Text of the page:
Which Style?

When deciding you are going to look for a new or second hand boat, the first decision to make is what type of boat you want. While every boat is somewhat of a compromise, if you are planning to spend most of your time offshore fishing, then you should be looking at a hardtop. On the other hand if you plan to spend your days towing water toys on Lake Karapiro then your first choice should be a specialist American ski/wake boat.  The following is a brief description of the different styles of boats.

Runabout Boats –Runabouts are open except for a foredeck. They come in a variety of guises and are virtually all outboard powered. Aluminium runabouts are mostly targeted towards the fisherman, looking for a light, easy to handle open boat for sheltered water fishing.

Sports Cabin Boats – New to the market are the sports-cabin boats that look like runabouts from the outside but successfully incorporate a small cabin area under the foredeck.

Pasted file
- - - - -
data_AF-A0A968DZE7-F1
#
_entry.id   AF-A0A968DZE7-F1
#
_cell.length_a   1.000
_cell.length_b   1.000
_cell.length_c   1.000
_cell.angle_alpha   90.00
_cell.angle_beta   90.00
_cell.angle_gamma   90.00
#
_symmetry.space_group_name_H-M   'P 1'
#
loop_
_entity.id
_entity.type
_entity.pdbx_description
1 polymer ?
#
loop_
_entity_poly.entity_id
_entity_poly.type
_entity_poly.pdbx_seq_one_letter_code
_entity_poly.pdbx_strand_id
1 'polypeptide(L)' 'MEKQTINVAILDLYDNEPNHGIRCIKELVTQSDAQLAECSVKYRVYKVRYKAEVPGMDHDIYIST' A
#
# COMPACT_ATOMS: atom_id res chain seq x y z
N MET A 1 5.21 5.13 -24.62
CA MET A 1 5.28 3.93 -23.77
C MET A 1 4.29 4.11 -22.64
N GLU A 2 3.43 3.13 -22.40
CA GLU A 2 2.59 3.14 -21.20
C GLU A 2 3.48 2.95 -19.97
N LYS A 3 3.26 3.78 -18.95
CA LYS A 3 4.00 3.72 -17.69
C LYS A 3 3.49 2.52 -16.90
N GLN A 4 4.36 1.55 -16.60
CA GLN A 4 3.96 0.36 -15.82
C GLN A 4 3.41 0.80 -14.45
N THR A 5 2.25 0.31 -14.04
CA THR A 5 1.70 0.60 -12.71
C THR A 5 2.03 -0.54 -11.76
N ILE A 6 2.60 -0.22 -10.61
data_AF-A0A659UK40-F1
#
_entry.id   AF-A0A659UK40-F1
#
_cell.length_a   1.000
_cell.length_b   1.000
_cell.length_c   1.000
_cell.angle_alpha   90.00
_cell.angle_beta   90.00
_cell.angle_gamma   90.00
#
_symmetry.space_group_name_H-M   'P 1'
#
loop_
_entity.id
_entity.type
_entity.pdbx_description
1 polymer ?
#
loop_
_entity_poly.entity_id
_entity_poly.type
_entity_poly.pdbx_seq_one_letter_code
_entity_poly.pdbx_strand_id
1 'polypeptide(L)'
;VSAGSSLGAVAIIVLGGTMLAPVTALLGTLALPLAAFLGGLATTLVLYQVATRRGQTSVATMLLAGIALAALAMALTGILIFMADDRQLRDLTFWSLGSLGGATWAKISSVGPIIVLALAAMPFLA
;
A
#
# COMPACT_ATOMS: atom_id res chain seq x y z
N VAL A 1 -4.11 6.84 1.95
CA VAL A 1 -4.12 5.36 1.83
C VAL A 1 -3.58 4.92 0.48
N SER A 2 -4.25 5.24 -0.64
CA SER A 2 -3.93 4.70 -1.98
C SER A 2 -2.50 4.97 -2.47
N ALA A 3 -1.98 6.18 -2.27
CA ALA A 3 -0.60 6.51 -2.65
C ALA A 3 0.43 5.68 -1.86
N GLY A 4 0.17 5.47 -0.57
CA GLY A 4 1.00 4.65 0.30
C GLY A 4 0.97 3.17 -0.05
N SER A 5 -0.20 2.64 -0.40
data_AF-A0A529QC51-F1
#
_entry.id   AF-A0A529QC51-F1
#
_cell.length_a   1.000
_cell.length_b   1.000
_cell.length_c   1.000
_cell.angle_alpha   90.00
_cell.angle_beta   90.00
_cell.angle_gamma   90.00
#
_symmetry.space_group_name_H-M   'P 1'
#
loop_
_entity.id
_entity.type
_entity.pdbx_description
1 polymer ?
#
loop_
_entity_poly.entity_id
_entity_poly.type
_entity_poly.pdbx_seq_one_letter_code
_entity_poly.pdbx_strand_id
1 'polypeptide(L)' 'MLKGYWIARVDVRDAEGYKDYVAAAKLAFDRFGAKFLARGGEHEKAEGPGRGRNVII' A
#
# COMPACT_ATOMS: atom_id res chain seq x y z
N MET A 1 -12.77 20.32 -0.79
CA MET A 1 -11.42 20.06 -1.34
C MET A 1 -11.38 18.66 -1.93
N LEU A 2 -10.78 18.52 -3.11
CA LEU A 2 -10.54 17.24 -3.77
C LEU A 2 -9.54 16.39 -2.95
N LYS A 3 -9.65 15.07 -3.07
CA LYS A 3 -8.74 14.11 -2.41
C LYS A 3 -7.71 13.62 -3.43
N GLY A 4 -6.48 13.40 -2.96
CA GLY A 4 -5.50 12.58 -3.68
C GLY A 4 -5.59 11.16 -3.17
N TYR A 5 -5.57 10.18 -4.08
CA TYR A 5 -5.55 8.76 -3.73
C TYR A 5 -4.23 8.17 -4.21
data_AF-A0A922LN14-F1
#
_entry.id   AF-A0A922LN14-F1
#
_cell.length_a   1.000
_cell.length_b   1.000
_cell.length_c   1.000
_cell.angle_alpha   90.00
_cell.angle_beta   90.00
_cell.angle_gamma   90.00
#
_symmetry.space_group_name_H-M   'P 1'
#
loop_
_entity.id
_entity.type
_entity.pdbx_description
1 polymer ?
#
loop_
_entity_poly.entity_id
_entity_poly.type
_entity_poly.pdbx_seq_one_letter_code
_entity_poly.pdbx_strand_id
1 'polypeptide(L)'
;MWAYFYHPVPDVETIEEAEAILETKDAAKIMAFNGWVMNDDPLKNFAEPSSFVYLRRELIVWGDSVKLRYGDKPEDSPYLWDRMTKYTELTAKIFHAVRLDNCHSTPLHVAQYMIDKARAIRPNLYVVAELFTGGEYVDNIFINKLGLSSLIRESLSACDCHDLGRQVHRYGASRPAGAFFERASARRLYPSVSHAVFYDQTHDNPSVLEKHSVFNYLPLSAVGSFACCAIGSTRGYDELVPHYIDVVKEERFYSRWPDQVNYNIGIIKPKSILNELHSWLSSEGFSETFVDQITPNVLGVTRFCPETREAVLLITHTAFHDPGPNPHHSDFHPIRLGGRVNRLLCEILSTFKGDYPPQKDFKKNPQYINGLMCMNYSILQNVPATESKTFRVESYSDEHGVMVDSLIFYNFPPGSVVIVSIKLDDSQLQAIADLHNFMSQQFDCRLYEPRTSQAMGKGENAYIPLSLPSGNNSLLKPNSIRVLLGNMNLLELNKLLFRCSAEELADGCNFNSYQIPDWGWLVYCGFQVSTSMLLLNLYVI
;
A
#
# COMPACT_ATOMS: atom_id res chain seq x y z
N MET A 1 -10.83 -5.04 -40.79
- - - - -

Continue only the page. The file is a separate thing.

Ski/Wakeboard Boats – Totally specialist in their design and fit-out, the new breed of American and Australian ski/wakeboard boats are dedicated to skiing and wakeboarding. Not the sort of boat you buy to fish off the West Coast.

Bowrider Boats – A bowrider is a runabout with a walk-through windscreen and no foredeck! The area is replaced with wrap-around seating. This style of boat has been made popular by American manufacturers, where they are the largest selling style of trailerboat in North America. The major benefit is a boat that provides maximum use of space from the transom to the bow. 

Cuddy Cabin Boats – This is another name for a half-cabin or semi-cabin, where the enclosed area forward of the driver’s bulkhead is too short to accommodate full-length berths. There is usually sitting headroom for one or two people and either short side squabs or no squabs at all. The space is best used for dry storage and is not suitable for overnighting.